Problem: Cost for automation to stack and transfer a multi-component pack of parts put it out of one molder’s reach.
Solution: A SCARA robot and software from Epson allowed the molder to custom-program its own system.
By Bruce Geiselman
Project engineers at Plastic Designs Inc. (PDI), of Paxton, Ill., were looking for a fast-to-implement and cost-effective system to automate a pick-and-place operation for manufacturing low-cost plastic shims.
However, after contacting turnkey automation suppliers last year, they received quotes of up to $600,000, which company officials said was completely out of the question.
“That was one estimate that we received,” said Zach Allen, a PDI project engineer. “I think we received one other confirmed estimate in the range of, I believe, $250,000, but our management was confident that we could develop a solution in house for less.”
After further research, PDI’s project engineers discovered they could solve the problem themselves by using an Epson SCARA robot and Epson software at a fraction of the cost of the turnkey solution. In addition, the project could be completed in less than two months.
The robot and the included RC+ Express software cost less than $10,000.
“For the Epson robot itself, that’s correct,” Allen said. “There are other expenses with the rest of the automated solution, but in all, we’re under $100,000 for the whole solution.”
“We designed the PLC and the mechanical portion in house, so, with us three engineers working on it for a few months straight, that’s what added up to what Zach said,” said Dustin Kurtz, another PDI engineer.
One of the products PDI manufactures is the Glazelock Stackable Shim Pack, which consists of 16 injection molded plastic shims, each 0.0625-inch thick, used in the installation of windows, doors and cabinets. The shims are heat-sealed along one edge so that users can break off just the thickness they need from 0.0625 inch to 1 inch.
The Shim Pack is Glazelock’s most popular product with sales of more than 16 million shims each year, but the market is competitive and price-sensitive.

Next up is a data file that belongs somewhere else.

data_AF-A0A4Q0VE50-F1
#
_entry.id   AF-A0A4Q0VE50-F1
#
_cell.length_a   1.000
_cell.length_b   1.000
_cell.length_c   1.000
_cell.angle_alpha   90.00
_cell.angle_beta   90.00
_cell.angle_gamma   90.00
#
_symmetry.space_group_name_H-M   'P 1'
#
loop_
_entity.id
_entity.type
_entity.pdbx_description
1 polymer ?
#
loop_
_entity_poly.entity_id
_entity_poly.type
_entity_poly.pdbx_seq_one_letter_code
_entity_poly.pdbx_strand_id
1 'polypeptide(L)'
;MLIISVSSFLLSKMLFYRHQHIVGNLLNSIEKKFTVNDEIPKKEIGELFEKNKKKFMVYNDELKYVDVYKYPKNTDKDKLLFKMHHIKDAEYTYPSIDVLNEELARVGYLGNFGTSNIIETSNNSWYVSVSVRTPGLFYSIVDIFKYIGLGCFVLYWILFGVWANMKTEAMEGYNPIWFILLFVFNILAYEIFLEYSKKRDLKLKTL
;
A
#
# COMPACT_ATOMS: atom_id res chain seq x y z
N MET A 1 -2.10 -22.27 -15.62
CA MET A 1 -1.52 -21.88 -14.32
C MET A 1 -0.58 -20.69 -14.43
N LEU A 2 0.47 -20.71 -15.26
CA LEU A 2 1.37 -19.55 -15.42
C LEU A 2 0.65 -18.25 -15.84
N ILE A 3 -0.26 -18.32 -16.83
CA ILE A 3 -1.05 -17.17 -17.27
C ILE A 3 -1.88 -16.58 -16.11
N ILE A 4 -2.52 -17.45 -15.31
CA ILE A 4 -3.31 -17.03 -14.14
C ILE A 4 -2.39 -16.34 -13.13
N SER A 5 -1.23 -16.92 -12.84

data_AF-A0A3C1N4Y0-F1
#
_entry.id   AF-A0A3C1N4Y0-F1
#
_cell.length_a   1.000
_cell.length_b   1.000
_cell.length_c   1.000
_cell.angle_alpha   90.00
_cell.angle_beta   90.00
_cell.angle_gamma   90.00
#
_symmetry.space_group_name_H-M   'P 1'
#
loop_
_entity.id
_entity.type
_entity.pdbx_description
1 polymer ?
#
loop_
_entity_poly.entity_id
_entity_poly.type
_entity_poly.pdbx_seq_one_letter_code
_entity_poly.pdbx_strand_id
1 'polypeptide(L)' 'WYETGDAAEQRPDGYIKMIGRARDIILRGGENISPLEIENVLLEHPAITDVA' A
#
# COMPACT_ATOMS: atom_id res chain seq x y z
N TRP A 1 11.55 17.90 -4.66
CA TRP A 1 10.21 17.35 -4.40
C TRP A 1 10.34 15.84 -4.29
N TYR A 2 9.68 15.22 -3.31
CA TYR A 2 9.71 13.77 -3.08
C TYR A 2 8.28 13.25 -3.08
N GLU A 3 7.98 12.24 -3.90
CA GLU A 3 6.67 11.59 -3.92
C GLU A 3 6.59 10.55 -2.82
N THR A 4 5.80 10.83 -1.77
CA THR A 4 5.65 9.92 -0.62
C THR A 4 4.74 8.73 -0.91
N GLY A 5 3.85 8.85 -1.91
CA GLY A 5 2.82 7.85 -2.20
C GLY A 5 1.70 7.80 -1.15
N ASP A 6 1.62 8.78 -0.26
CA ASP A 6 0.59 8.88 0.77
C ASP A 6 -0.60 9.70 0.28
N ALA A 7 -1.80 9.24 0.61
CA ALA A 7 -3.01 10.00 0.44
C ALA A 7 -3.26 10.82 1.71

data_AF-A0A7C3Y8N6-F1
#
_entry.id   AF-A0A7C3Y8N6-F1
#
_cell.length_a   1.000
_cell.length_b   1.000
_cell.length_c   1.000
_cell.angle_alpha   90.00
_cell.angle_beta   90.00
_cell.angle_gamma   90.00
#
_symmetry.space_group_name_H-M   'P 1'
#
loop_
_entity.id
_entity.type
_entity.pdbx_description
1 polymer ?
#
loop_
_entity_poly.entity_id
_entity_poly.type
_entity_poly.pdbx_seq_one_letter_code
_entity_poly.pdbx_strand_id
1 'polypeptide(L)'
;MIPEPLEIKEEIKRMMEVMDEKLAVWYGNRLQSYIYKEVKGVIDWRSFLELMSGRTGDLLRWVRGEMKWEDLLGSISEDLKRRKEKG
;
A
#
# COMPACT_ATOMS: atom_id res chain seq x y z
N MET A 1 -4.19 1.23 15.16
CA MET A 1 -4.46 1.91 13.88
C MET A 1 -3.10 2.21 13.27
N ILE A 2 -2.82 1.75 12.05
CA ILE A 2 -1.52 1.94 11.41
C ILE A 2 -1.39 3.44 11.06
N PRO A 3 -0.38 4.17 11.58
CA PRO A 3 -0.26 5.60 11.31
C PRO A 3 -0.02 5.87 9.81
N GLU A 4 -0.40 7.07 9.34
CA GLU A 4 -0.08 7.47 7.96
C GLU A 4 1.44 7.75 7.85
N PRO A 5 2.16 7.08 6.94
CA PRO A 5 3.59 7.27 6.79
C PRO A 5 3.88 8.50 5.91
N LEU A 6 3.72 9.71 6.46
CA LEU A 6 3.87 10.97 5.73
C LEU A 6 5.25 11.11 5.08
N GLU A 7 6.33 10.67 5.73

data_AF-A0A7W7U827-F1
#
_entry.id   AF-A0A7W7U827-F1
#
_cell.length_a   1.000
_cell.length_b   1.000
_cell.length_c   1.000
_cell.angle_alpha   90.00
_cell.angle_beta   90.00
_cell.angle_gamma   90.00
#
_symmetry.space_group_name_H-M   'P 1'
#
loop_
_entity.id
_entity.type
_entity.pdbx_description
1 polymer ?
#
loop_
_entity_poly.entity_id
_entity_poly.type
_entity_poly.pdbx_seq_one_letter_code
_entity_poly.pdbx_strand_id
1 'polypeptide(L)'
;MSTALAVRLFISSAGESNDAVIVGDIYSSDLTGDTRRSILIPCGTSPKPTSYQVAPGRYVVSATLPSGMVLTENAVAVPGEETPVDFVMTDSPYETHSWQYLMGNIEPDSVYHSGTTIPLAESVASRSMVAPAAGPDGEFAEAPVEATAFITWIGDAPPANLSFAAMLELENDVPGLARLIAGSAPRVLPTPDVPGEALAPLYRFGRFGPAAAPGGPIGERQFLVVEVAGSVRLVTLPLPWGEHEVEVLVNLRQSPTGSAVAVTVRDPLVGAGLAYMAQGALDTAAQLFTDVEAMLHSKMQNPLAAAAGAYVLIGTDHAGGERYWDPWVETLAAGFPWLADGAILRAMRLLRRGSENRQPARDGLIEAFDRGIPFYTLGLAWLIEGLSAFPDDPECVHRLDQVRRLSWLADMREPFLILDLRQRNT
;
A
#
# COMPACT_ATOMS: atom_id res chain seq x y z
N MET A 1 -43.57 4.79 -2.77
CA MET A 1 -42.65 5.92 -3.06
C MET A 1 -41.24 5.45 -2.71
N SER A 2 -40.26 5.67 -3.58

PDI molds the shims in bulk, but it has struggled in the past to stack them and transfer them to the heat sealer before packaging. PDI produces more than 90,000 shims per eight-hour shift or about 192 per minute.
“Originally, when we started, we had shims that we were sealing in stacks of 16, and it was a very manual process,” said Ben Zihlman, a third PDI process engineer. “We were having an operator grab the shims from a conveyor and put it on a machine [heat sealer] and that was just a little inefficient, and it was hard to keep it running. It was a long and strenuous process for the operator to sit there all day and continually grab shims and put them on this sealer. That’s the biggest reason we initially went into it [automation].”
In the past, PDI tried to address the need for high-speed stacking and transportation by building a gravity-fed conveyor to help operators hand-stack and hand-transfer the shims. However, the system was imprecise, so the company could end up with 15 or 17 shims in a stack instead of 16.
In addition, there was a lot of waste with shims falling on the floor, according to the company.
A third concern centered on worker ergonomics. Operators had to reach 42 inches to pick up the stacks of shims. While the shims are lightweight, the need for repetitive, long reaches caused workers discomfort over an eight-hour shift.